One benefit of being nearly alone on a story for years: When everybody suddenly wakes up to it, you’ve still got the advantage of years of reporting. You know the sources and the lay of the land, and everyone else can only try to play catch-up.

So it’s no surprise that Nick Davies and The Guardian are the ones moving the News of the World hacking scandal forward today with yet another huge scoop, this time that a “senior executive” at News International, Rupert Murdoch’s UK newspaper division, “may have deleted millions of emails from an internal archive, in an apparent attempt to obstruct Scotland Yard’s inquiry into the phone-hacking scandal.”

Watergate had Rosemary Wood’s missing eighteen-and-half minutes of tape. Hackgate has News Corporation’s missing millions of emails.

The Guardian is extra careful here, using language like “may have deleted” and “believed to”, but it leaves little doubt that something nefarious happened:

News International originally claimed that the archive of emails did not exist. Last December, its Scottish editor, Bob Bird, told the trial of Tommy Sheridan in Glasgow that the emails had been lost en route to Mumbai. Also in December, the company’s solicitor Julian Pike from Farrer and Co provided the high court with a statement claiming that it was unable to retrieve emails which were more than six months old.

Fortunately for truth, justice, and all that, News Corp. had no idea that it’s emails were being backed up by a company called Essential Computing in Clevedon.

The Guardian understands that Essential Computing has co-operated with police and has provided evidence about an alleged attempt by the News International executive to destroy part of the archive while they were working with it. This is said to have happened after the executive discovered that the company retained material of which News International was unaware.

Wouldn’t you have loved to see the look on that executive’s face when they found that out?

The Guardian also reports that police say News of the World cleared James Weatherup’s desk just before he was arrested and gave the contents to a law firm so police couldn’t access it.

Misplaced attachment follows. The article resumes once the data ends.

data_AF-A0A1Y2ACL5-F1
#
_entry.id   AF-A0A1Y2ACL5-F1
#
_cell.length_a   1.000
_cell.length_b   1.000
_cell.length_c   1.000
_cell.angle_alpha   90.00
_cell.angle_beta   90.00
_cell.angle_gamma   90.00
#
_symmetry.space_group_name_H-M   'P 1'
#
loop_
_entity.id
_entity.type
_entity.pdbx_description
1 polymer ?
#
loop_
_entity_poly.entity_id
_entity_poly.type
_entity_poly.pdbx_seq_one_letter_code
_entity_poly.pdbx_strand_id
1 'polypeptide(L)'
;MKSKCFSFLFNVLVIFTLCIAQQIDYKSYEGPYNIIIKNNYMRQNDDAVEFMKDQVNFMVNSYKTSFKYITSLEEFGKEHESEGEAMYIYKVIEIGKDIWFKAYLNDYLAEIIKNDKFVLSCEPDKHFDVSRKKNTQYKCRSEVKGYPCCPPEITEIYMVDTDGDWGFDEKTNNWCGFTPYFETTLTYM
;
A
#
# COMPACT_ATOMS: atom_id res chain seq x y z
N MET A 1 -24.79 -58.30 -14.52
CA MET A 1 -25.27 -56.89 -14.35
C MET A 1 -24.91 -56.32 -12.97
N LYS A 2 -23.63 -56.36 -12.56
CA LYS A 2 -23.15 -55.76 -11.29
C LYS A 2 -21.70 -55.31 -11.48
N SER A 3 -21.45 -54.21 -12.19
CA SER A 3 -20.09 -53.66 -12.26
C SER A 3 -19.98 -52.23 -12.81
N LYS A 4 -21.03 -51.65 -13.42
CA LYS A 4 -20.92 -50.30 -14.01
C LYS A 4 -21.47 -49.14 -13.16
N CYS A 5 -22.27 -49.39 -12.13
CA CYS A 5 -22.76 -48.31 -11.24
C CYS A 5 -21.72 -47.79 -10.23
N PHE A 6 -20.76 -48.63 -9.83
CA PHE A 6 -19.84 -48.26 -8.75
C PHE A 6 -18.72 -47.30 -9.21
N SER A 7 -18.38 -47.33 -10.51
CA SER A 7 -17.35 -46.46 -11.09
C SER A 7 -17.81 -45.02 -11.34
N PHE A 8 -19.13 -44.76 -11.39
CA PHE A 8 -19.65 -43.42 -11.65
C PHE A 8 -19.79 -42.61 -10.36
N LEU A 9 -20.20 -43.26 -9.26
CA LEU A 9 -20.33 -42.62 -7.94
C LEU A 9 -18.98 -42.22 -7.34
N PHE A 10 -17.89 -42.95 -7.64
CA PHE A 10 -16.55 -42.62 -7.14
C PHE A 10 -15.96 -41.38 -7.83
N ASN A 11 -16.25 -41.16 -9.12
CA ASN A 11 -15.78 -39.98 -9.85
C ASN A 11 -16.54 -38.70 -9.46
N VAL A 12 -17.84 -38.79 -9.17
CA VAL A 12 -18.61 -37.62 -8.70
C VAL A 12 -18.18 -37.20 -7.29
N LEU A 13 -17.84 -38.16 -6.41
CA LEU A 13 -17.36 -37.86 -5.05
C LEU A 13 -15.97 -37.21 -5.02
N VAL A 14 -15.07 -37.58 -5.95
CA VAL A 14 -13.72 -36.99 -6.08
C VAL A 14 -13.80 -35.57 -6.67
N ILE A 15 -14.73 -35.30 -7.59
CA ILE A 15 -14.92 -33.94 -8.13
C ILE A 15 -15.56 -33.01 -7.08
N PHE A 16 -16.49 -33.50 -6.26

It’s been clear for years now that the company was covering up the NotW crimes. That coverup continues to unravel, now in spectacular fashion.

After yesterday, it was unclear whether this scandal could get worse. But it just did.

It’s all falling apart for Rupert Murdoch and News Corp.

Further Reading:

The Audit TV: Murdoch Hacking Scandal

Accountability, News Corp. Style. Those with responsibility escape it

A Young Rupert Murdoch in Britain, Via the BBC Archives. Adam Curtis pulls fascinating archival footage that shows the tycoon on his way up


News of the World and U.S. Media Culture
. I don’t think it would happen here, but…

News Corp. and Murdoch Swamped By Hacking Scandal News. Revelations come fast and furious in the twenty-four hours after a Guardian bombshell.

Why News Corp. Can’t Cover the U.S. Business Story. It is the story.

Murdoch’s Hacking Scandal Gets Much Worse. The Guardian shows News Corporation at an all-time low (and that’s saying something)

Murdoch’s Hacking Scandal. Two stories cover the political, police, and press angles on the News Corp. coverup

The News Corp. Coverup. Memory-impaired execs, payments to key figures, and Keystone Kops

Anybody There? Why the UK’s phone-hacking scandal met media silence

A Times Must-Read on the News Corp. Hacking Scandal

Journalism Scandal at News Corp. A peek into Murdoch’s news culture.

Audit Notes: News Corporation Hacking Scandal Edition

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Ryan Chittum is a former Wall Street Journal reporter, and deputy editor of The Audit, CJR's business section. If you see notable business journalism, give him a heads-up at rc2538@columbia.edu. Follow him on Twitter at @ryanchittum.